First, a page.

- Amid this inferno Nicaragua, the poorest country in mainland Latin America, is remarkably safe. Whereas Honduras’s murder rate in 2010 was 82 per 100,000 people, the world’s highest in over a decade, Nicaragua’s was just 13, unchanged in five years.
- Nor does Nicaragua spend much on prisons: it jails just 120 people per 100,000, compared with 390 in El Salvador.
- Nicaragua, the poorest of the bunch and with just as bloody a history, is one of the safest countries in the hemisphere. Analysts say it has to do with its approach to fighting crime.The country’s homicide rate is a fraction of what it is in Honduras and while children from El Salvador and Guatemala are streaming north, Nicaragua is keeping its youth at home.
- 1 USD = 27.8 Nicaragua Cordoba (NIO)
- Nicaragua’s diverse geography, intense energy and anything-goes attitude is perfect for exhilarating outdoor adventures. Get ready to check a whole gamut of new experiences off your list including: surfing down an active volcano, diving through underwater caves, canoeing through alligator-infested wetlands, swimming across sea channels between tiny white sand islands and landing a 90-plus-kg tarpon beneath a Spanish fortress in the middle of the jungle. There’s no signs, no crowds and no holding back.
- Whether it’s dipping your toes into the crystalline Caribbean or paddling out to the crashing waves of the pounding Pacific, Nicaragua’s beaches always deliver the goods. The big barrels of Rivas are revered in surfing circles while the clear waters of the Corn Islands are superb for snorkeling. More sedentary beach bums can choose between accessible slices of sand lined with fine restaurants and happening bars or natural affairs backed by a wall of rainforest. Even the best beaches in the country are refreshingly free of development, so you can experience them just as nature intended.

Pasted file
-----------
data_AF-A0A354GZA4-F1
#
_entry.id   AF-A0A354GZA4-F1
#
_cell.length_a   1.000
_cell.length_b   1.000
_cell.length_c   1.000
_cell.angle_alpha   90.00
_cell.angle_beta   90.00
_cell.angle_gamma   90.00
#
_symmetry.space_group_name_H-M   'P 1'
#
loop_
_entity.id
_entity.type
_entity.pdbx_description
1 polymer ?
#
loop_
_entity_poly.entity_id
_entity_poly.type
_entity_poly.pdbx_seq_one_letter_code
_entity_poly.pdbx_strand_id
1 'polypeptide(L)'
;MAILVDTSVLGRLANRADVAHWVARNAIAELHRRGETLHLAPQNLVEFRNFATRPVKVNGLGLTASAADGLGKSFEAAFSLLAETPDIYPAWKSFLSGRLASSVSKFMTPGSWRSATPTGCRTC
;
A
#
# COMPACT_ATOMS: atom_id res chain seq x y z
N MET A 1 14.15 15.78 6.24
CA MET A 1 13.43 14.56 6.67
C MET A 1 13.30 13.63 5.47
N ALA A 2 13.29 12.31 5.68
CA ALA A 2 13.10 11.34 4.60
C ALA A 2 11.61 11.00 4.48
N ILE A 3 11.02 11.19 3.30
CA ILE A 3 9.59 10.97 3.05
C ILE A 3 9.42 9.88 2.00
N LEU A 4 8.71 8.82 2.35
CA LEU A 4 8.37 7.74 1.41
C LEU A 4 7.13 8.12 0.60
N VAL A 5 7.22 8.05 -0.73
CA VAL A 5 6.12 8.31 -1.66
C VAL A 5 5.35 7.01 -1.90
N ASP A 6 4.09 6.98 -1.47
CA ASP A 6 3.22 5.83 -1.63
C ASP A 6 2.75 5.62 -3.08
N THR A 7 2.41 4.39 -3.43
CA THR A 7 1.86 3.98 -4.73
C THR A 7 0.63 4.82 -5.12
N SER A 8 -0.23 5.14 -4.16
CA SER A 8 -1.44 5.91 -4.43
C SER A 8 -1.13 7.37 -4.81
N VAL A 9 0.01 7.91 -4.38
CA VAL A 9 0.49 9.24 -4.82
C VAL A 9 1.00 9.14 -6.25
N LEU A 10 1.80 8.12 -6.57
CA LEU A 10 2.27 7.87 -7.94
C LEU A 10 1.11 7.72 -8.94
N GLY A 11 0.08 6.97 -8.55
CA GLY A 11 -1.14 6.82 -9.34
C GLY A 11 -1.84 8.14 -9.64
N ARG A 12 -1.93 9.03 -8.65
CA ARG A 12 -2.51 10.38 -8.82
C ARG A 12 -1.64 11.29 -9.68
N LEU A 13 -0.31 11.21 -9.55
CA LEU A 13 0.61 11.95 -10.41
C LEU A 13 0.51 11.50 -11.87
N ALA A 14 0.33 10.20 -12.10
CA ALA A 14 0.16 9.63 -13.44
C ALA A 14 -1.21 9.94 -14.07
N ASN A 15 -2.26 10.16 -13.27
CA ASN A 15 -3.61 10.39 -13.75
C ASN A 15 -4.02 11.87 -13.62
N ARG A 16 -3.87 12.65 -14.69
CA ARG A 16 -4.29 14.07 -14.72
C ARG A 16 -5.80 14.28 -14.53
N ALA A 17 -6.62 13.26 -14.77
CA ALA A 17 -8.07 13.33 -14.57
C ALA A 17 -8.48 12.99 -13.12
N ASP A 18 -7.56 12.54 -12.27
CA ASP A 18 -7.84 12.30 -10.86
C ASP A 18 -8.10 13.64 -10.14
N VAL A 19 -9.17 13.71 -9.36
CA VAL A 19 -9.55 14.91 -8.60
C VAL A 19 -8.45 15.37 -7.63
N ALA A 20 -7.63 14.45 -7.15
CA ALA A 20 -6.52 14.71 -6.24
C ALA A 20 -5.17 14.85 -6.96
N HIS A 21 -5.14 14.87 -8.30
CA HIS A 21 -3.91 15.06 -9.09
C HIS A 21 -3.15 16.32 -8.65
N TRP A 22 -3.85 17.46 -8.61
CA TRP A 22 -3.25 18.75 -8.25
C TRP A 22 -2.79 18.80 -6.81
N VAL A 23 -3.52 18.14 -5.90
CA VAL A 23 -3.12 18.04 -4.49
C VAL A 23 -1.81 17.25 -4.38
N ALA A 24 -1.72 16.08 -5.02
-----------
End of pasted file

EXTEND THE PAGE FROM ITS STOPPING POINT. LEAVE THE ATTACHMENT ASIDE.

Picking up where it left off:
Nicaragua and South Pacific Region
- The country’s name is derived from Nicarao, the name of the Nahuatl-speaking tribe which inhabited the shores of Lake Nicaragua before the Spanish conquest of the Americas, and the Spanish word Agua, meaning water, due to the presence of the large Lake Nicaragua (or Lake Cocibolca), the largest in Central America, and Lake Managua (or Lake Xolotlán), as well as lagoons and rivers in the region. That’s why Nicaragua is commonly known as the “Land of lakes and volcanoes”, because of its 25 volcanoes, 6 of them are active.
- In a country that remains 80% undeveloped, travelers can enjoy an incredible variety of experiences ranging from hiking or zip lining through rain forests and jungles, discovering deserted beaches, diving untouched reefs, climbing active volcanoes, visiting the Spanish colonial cities of Granada and Leon, surfing world-class waves or just simply exploring the unexplored. All make Nicaragua an increasingly popular destination for tourists, surfers, biologists, and volcanologists.
- The country is primarily divided into three regions: the North-Central Mountains, the Pacific Coast and the Atlantic Coast. Located in a wide isthmus that separates the Pacific Ocean and Lake Nicaragua and close to the border with Costa Rica, the department of Rivas has many natural and historic attractions, as well as two of the most visited destinations: San Juan del Sur – with its several beaches – and the volcanic island of Ometepe. The beaches of rivas department such as Playa Maderas, Playa Hermosa, Playa Colorado, are among the most known in Nicaragua, either for their beauty or powerful waves.